One of the wonderful things about exploring the Bali countryside is coming upon the duck farmers as they herd their precious ducks down the road and into the rice fields, generally early in the morning and late in the afternoon, as the sun sets across the fields.
Made has been a duck farmer for seven years, deciding to take up this role after struggling to make ends meet as a wood carver in his village of Kemenuh, near Ubud. Made is 42 years old and has two daughters and a son and earns about two million rupiah a month breeding ducks and selling them, mostly for use in local ceremonies.
He buys the ducklings from the duckling salesman in Klungkung Regency for Rp.5,000 each, fattens them up for three weeks on a diet of water, mixed with sugar and turmeric and a little bit of rice, and sells them for around Rp.35,000.
However, not all the ducklings survive, and they have to be protected against the dreaded Aluthe lizards of the rice fields, always on the search for an easy meal. Dogs are also a danger and Made needs to always keep a watchful eye on his ducks when they are in the rice fields and not safely tucked away in the many cages he uses to protect them.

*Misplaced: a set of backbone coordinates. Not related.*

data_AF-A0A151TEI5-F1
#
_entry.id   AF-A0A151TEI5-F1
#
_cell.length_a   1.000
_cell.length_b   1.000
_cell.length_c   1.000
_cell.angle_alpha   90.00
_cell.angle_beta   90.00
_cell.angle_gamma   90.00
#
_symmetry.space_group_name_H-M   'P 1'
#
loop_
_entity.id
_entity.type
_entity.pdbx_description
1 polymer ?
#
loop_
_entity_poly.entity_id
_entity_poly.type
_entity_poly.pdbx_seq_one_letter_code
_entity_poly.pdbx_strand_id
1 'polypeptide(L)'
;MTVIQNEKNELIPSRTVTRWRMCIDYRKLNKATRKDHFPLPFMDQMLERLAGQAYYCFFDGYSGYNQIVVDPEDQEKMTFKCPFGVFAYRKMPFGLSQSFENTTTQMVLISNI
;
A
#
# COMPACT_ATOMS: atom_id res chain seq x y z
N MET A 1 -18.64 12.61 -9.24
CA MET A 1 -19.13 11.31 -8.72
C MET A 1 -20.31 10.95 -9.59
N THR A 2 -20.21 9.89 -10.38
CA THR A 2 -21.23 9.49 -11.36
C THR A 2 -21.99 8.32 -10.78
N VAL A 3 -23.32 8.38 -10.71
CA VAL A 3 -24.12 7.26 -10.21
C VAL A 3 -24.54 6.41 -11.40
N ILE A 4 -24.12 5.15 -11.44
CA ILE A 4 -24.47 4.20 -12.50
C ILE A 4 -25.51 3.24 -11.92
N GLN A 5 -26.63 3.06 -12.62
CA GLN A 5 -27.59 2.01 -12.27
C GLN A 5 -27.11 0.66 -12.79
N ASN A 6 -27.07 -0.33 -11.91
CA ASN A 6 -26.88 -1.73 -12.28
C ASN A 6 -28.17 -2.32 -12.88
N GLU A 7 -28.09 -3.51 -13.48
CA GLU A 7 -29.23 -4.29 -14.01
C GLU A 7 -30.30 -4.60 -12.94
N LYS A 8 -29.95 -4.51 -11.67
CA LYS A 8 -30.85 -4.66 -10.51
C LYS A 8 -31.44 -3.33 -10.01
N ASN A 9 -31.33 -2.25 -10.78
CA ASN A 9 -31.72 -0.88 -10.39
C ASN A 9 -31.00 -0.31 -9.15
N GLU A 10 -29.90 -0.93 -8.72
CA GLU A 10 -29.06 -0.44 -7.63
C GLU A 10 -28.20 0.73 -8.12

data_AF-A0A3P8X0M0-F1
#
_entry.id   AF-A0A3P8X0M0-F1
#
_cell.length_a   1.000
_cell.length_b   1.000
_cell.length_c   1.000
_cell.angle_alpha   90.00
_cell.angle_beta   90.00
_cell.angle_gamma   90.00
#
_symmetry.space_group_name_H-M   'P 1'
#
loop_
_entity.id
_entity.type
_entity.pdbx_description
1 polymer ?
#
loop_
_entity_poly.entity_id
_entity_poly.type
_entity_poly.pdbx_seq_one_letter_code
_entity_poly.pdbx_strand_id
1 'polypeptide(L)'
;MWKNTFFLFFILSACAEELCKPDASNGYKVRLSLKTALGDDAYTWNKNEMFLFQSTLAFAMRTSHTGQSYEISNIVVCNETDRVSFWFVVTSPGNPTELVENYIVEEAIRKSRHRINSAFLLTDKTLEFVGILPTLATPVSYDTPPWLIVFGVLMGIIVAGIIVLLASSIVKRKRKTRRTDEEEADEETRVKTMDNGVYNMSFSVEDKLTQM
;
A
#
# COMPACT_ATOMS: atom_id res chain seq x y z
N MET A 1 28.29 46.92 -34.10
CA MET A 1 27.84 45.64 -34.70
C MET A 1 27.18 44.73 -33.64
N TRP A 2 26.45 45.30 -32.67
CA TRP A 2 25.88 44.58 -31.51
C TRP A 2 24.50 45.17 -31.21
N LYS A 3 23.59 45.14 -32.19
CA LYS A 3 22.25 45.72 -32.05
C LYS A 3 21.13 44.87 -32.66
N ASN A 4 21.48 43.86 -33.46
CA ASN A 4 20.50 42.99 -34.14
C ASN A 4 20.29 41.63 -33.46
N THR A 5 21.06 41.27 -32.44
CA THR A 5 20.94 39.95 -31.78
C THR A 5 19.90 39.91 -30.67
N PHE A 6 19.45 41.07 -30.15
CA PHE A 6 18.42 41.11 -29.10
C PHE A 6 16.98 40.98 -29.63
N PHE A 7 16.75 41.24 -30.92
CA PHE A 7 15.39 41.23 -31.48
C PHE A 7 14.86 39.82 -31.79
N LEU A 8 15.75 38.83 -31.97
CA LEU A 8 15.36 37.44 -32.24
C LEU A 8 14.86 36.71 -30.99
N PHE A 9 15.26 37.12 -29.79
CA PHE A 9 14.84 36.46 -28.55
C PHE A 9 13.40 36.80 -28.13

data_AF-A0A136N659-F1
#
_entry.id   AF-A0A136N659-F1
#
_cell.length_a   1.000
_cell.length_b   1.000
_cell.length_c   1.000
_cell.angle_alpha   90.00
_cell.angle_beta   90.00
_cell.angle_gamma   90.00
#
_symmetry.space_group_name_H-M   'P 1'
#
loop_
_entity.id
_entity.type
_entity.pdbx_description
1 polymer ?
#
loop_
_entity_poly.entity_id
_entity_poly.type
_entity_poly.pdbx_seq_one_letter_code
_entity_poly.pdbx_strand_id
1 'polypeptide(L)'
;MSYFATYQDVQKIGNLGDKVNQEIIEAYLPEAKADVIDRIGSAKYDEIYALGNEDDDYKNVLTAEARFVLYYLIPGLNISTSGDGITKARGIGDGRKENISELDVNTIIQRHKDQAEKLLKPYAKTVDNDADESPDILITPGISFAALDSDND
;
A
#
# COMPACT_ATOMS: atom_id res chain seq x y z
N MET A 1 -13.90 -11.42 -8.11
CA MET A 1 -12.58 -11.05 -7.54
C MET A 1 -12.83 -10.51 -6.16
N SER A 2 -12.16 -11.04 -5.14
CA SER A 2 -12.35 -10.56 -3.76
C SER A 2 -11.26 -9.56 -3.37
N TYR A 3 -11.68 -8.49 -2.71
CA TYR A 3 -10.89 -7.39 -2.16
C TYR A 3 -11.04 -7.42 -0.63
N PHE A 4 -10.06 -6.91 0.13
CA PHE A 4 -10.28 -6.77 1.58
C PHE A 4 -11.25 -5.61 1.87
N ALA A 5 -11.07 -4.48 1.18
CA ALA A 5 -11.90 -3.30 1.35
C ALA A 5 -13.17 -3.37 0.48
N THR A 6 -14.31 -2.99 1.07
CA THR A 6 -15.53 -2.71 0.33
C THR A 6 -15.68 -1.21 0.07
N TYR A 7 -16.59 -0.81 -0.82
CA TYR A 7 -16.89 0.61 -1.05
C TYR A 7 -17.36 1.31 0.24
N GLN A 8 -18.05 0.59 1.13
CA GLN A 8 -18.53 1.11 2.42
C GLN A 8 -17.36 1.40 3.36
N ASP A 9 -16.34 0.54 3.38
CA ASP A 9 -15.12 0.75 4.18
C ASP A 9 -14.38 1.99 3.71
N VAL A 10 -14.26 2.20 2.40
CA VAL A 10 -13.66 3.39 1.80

Made has 800 ducks in his portfolio at present, and is a very happy man as there are many ceremonies happening on the island at this time and he hopes to get a slightly higher selling price than normal. Supply and demand economics are alive and well in the world of the Subak (sustainable irrigation system) community, as elsewhere on the island.